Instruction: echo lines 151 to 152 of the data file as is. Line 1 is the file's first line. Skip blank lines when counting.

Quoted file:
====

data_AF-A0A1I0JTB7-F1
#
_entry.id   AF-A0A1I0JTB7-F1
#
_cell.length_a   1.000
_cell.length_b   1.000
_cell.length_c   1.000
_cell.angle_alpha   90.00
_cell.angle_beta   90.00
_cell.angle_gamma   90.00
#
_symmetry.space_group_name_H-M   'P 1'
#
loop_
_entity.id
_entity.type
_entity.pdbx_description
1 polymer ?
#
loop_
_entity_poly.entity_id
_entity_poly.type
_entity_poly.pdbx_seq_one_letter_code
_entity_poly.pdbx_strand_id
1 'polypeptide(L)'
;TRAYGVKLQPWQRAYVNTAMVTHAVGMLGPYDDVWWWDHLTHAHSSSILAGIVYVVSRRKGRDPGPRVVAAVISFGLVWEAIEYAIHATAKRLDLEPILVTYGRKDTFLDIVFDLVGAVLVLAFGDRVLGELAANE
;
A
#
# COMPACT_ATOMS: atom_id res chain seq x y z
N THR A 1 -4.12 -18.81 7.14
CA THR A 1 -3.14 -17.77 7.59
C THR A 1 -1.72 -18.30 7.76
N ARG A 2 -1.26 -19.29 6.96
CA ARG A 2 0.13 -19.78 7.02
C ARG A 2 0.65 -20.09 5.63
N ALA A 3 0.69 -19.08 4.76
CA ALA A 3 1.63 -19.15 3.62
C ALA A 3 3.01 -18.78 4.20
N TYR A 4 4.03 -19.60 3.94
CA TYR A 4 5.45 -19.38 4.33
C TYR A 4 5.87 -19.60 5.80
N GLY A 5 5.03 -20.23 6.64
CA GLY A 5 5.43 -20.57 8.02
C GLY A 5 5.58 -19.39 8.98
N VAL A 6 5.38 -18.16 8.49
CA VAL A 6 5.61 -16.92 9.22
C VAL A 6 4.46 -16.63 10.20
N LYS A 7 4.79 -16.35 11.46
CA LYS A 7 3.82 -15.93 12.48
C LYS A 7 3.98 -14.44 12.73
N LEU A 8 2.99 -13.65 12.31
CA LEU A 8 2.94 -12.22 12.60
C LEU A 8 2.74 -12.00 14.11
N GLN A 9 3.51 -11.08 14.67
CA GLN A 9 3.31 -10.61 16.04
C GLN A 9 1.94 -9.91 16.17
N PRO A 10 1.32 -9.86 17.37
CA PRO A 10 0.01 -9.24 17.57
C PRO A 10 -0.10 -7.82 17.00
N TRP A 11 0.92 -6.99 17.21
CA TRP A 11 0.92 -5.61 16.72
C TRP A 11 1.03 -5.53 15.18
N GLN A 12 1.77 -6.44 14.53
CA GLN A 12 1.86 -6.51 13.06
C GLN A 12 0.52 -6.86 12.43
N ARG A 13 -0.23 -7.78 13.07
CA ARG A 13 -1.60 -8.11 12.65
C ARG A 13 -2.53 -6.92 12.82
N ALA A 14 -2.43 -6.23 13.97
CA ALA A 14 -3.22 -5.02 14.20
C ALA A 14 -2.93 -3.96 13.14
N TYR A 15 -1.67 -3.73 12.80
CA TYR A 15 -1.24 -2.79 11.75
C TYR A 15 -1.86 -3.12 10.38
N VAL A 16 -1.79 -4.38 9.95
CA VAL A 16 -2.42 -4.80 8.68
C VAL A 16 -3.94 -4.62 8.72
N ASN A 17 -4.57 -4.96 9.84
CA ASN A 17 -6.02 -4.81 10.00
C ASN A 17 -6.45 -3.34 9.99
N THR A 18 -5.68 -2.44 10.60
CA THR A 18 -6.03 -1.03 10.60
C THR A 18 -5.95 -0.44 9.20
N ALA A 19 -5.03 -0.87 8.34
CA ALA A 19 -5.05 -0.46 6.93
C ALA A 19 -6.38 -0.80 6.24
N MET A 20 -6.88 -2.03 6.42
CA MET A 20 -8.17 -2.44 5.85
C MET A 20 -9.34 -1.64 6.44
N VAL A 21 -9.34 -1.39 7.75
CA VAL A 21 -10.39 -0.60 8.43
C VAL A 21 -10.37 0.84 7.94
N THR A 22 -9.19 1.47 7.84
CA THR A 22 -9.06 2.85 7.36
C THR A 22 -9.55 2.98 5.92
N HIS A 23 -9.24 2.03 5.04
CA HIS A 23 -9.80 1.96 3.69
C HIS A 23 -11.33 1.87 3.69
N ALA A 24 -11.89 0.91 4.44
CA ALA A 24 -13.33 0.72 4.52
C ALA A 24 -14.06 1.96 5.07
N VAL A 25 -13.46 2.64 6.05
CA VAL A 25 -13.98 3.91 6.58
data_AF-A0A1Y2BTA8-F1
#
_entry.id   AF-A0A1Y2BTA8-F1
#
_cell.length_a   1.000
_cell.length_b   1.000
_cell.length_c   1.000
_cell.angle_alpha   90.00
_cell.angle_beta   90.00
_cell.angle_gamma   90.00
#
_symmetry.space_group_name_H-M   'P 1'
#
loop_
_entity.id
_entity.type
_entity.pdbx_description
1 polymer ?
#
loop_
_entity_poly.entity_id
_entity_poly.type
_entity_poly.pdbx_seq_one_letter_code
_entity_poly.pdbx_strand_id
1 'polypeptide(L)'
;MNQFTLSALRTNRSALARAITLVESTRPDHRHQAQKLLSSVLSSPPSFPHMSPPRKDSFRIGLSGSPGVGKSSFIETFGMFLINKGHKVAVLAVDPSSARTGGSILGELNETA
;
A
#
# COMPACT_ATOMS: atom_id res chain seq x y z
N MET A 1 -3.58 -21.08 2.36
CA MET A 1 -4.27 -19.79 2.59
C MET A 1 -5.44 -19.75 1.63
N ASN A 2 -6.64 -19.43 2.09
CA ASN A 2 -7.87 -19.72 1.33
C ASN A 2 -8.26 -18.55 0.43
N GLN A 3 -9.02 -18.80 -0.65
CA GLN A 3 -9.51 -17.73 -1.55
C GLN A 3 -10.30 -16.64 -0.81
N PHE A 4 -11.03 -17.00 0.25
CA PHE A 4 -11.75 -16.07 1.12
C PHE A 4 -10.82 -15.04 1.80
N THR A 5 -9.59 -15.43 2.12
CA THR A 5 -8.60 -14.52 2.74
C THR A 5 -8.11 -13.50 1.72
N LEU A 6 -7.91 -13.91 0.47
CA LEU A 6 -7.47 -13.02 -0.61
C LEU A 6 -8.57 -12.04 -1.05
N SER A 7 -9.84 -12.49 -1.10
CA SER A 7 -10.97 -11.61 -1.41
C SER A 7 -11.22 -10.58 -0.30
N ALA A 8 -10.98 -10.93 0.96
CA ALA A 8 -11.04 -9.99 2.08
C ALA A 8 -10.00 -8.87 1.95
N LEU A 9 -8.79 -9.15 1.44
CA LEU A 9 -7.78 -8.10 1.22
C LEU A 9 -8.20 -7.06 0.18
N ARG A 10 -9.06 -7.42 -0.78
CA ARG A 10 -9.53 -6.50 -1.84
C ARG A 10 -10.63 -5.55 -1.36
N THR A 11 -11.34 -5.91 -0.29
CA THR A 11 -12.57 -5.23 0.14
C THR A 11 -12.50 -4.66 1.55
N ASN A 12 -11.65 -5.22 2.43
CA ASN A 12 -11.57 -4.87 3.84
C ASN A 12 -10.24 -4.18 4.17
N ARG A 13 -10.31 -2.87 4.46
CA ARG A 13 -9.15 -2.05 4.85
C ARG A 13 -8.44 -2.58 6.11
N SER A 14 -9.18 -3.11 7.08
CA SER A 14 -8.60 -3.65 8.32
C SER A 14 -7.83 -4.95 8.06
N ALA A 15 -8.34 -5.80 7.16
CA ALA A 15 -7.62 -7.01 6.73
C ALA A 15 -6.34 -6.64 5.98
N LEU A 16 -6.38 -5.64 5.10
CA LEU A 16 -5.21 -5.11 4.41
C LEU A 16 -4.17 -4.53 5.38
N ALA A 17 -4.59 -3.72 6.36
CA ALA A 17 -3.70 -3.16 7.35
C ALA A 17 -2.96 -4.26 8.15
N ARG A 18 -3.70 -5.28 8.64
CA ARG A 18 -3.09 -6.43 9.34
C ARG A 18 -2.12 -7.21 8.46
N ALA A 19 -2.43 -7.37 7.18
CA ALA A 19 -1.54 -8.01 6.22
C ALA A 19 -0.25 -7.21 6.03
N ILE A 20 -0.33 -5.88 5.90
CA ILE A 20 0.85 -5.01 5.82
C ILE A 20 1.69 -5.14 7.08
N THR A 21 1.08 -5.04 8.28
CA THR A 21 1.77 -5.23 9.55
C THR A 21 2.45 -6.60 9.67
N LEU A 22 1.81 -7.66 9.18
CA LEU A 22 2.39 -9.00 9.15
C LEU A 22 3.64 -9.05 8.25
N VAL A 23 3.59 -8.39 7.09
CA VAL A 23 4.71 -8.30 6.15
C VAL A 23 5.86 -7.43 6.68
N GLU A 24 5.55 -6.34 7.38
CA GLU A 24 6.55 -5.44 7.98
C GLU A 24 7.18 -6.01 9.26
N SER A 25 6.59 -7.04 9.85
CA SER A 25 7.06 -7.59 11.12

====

CA LEU A 6 -7.47 -13.02 -0.61
C LEU A 6 -8.57 -12.04 -1.05